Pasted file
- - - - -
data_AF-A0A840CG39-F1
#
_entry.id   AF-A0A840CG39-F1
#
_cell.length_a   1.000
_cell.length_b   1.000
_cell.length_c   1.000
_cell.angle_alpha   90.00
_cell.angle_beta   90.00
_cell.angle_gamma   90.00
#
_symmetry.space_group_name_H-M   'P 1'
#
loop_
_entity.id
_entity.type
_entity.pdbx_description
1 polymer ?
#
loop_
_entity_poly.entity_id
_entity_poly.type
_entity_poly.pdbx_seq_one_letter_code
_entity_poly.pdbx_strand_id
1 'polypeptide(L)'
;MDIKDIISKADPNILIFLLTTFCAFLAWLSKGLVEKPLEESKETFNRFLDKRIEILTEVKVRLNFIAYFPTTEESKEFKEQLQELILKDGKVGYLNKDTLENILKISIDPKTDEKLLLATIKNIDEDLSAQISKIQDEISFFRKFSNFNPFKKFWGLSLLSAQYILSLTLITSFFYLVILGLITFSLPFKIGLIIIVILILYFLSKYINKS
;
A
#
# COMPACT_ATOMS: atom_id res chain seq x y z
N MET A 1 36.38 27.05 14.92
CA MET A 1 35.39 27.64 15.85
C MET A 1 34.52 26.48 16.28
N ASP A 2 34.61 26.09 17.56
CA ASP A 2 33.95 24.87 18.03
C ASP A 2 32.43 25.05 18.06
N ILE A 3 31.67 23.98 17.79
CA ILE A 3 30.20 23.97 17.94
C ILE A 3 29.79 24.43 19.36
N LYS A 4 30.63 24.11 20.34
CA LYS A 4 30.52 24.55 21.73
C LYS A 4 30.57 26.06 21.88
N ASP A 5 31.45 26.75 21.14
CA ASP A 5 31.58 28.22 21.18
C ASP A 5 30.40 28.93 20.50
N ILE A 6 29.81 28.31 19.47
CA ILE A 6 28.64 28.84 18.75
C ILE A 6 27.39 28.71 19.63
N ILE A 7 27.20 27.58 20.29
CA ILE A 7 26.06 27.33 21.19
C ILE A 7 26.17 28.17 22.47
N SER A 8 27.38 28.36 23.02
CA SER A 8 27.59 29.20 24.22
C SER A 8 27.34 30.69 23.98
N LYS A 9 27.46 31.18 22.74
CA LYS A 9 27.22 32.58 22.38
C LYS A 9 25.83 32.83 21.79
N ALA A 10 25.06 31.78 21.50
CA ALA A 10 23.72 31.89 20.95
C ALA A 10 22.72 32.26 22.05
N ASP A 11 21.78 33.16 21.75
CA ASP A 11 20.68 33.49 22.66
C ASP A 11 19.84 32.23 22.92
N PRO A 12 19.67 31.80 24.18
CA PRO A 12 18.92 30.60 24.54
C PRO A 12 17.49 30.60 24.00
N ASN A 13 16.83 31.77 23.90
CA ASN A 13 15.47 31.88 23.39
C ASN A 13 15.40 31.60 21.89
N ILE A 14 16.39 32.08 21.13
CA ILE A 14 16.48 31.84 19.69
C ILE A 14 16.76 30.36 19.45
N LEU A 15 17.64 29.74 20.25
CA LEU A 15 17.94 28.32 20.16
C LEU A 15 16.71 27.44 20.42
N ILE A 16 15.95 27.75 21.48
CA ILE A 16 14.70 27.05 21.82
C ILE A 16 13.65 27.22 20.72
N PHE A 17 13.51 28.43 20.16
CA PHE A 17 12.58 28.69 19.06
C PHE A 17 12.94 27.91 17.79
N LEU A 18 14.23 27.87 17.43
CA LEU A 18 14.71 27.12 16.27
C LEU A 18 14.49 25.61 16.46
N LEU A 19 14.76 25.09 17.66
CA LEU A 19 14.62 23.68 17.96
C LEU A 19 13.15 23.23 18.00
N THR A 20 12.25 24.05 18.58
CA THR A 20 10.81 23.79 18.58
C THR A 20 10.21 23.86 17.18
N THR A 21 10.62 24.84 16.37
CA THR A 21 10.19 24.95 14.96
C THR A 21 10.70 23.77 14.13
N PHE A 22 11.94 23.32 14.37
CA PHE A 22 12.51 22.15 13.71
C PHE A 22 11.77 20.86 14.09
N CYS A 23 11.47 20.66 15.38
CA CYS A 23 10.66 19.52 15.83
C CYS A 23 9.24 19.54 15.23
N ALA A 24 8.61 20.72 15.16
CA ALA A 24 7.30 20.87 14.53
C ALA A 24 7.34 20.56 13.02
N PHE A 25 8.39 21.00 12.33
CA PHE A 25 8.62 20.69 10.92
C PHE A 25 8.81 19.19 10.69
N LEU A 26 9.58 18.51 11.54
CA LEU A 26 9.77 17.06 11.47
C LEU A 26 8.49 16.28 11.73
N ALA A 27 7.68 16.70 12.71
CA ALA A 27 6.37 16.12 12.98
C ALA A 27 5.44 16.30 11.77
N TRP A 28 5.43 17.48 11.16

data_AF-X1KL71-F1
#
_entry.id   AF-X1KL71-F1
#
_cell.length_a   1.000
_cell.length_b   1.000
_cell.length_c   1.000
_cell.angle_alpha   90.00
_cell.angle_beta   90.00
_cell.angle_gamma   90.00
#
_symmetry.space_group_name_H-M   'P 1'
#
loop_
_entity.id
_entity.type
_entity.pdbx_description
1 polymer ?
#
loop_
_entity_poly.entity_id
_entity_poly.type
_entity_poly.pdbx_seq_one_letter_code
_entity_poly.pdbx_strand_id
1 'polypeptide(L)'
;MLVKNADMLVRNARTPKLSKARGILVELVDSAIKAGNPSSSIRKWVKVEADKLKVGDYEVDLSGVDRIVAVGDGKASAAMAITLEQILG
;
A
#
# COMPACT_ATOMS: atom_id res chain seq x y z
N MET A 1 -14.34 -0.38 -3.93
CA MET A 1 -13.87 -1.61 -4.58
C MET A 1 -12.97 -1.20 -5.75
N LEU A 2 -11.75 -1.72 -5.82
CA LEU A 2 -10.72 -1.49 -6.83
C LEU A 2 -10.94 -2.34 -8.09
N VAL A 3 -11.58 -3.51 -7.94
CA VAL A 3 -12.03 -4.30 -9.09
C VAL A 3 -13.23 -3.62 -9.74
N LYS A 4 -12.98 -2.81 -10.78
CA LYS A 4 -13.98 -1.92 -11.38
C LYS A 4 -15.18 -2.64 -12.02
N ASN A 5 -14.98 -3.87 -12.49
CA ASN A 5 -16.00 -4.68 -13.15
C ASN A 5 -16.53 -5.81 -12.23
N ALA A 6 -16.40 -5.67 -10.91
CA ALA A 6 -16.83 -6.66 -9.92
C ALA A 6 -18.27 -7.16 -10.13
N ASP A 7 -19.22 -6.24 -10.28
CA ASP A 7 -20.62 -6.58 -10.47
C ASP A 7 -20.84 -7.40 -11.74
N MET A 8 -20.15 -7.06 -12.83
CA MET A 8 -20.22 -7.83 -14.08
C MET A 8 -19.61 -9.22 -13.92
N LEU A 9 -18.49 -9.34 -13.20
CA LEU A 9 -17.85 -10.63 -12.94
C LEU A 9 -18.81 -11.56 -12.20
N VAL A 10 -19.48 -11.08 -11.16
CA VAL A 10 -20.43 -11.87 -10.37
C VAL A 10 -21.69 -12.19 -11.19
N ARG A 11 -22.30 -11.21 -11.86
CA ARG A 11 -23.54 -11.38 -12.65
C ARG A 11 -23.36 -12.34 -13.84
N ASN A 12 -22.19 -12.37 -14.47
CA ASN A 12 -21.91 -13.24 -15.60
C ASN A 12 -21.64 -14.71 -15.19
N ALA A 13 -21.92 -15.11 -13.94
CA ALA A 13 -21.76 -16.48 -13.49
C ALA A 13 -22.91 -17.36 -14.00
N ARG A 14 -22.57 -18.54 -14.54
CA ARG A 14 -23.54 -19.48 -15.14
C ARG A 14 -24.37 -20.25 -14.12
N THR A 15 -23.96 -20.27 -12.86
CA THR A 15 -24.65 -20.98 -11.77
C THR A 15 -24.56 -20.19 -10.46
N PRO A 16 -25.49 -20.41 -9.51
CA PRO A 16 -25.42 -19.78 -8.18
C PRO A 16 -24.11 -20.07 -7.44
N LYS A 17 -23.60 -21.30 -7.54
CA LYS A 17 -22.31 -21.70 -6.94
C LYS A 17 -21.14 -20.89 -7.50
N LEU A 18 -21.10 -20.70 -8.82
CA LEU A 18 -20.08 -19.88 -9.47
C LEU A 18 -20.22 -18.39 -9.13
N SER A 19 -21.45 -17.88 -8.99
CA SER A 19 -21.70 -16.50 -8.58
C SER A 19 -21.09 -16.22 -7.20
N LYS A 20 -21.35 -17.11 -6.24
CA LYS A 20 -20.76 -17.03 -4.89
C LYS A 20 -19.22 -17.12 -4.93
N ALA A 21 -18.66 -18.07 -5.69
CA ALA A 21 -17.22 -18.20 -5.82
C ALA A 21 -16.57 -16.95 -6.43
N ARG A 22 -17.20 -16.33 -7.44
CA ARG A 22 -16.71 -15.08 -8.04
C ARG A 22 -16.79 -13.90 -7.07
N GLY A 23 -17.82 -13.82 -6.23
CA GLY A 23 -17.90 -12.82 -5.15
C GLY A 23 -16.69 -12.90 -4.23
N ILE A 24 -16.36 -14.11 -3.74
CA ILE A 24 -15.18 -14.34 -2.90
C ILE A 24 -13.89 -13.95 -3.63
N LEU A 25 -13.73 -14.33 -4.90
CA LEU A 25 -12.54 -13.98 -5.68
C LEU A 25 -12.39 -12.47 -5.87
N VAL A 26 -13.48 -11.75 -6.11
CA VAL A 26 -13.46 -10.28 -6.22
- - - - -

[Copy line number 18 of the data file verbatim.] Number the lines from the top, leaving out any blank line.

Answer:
1 polymer ?